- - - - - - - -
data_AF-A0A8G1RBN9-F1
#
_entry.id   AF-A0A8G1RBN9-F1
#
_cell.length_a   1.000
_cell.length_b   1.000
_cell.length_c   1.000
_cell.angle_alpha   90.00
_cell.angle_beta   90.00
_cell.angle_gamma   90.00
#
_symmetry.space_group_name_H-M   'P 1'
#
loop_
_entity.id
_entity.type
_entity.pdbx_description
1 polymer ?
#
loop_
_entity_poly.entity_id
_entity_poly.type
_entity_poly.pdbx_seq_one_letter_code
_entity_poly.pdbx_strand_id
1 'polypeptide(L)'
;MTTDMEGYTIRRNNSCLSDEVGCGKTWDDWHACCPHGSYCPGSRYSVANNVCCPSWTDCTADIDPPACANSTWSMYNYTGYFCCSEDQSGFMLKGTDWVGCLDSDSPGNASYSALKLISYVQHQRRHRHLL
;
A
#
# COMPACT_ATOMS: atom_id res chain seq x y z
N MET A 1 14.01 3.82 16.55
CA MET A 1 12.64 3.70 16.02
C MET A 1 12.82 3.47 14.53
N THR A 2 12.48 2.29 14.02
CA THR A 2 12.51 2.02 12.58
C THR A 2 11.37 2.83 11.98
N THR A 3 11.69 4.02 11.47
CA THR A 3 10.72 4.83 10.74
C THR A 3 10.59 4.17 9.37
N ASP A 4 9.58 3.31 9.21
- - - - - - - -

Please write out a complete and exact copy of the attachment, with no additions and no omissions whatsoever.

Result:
data_AF-A0A8G1RBN9-F1
#
_entry.id   AF-A0A8G1RBN9-F1
#
_cell.length_a   1.000
_cell.length_b   1.000
_cell.length_c   1.000
_cell.angle_alpha   90.00
_cell.angle_beta   90.00
_cell.angle_gamma   90.00
#
_symmetry.space_group_name_H-M   'P 1'
#
loop_
_entity.id
_entity.type
_entity.pdbx_description
1 polymer ?
#
loop_
_entity_poly.entity_id
_entity_poly.type
_entity_poly.pdbx_seq_one_letter_code
_entity_poly.pdbx_strand_id
1 'polypeptide(L)'
;MTTDMEGYTIRRNNSCLSDEVGCGKTWDDWHACCPHGSYCPGSRYSVANNVCCPSWTDCTADIDPPACANSTWSMYNYTGYFCCSEDQSGFMLKGTDWVGCLDSDSPGNASYSALKLISYVQHQRRHRHLL
;
A
#
# COMPACT_ATOMS: atom_id res chain seq x y z
N MET A 1 14.01 3.82 16.55
CA MET A 1 12.64 3.70 16.02
C MET A 1 12.82 3.47 14.53
N THR A 2 12.48 2.29 14.02
CA THR A 2 12.51 2.02 12.58
C THR A 2 11.37 2.83 11.98
N THR A 3 11.69 4.02 11.47
CA THR A 3 10.72 4.83 10.74
C THR A 3 10.59 4.17 9.37
N ASP A 4 9.58 3.31 9.21